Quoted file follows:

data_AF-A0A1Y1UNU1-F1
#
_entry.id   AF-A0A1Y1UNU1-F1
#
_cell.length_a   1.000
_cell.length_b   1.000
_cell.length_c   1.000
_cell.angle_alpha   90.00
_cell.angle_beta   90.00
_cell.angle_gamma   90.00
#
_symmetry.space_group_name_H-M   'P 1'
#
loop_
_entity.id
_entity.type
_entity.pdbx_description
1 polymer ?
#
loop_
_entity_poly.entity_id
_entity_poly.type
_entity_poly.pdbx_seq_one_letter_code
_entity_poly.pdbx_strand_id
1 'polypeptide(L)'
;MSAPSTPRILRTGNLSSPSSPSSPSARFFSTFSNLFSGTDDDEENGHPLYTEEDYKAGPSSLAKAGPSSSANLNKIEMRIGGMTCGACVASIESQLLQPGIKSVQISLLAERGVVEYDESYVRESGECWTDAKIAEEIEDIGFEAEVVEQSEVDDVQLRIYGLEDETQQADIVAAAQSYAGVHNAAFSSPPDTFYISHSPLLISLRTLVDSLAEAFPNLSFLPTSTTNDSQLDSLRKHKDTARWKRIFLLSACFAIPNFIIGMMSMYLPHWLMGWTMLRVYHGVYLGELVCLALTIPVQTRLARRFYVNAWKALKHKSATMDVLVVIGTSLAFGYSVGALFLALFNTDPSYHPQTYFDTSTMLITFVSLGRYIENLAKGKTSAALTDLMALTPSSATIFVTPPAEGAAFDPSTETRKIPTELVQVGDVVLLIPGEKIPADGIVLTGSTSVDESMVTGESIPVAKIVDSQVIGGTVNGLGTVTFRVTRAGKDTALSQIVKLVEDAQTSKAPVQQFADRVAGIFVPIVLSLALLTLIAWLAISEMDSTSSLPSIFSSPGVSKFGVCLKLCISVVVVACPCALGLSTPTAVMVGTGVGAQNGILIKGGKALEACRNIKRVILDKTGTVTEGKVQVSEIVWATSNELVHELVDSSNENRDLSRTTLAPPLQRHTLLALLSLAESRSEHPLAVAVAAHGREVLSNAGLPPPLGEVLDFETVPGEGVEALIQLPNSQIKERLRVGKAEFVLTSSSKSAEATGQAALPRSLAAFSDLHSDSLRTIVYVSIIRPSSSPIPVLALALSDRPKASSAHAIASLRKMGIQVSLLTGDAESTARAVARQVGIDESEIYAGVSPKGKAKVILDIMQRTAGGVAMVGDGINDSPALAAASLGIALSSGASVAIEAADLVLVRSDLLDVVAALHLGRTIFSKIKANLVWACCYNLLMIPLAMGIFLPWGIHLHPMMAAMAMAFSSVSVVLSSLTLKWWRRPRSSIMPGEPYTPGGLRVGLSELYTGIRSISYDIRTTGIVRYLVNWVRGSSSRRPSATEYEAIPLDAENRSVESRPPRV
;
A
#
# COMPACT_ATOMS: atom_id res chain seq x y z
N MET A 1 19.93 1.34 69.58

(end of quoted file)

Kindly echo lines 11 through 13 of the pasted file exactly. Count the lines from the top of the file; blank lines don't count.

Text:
#
_symmetry.space_group_name_H-M   'P 1'
#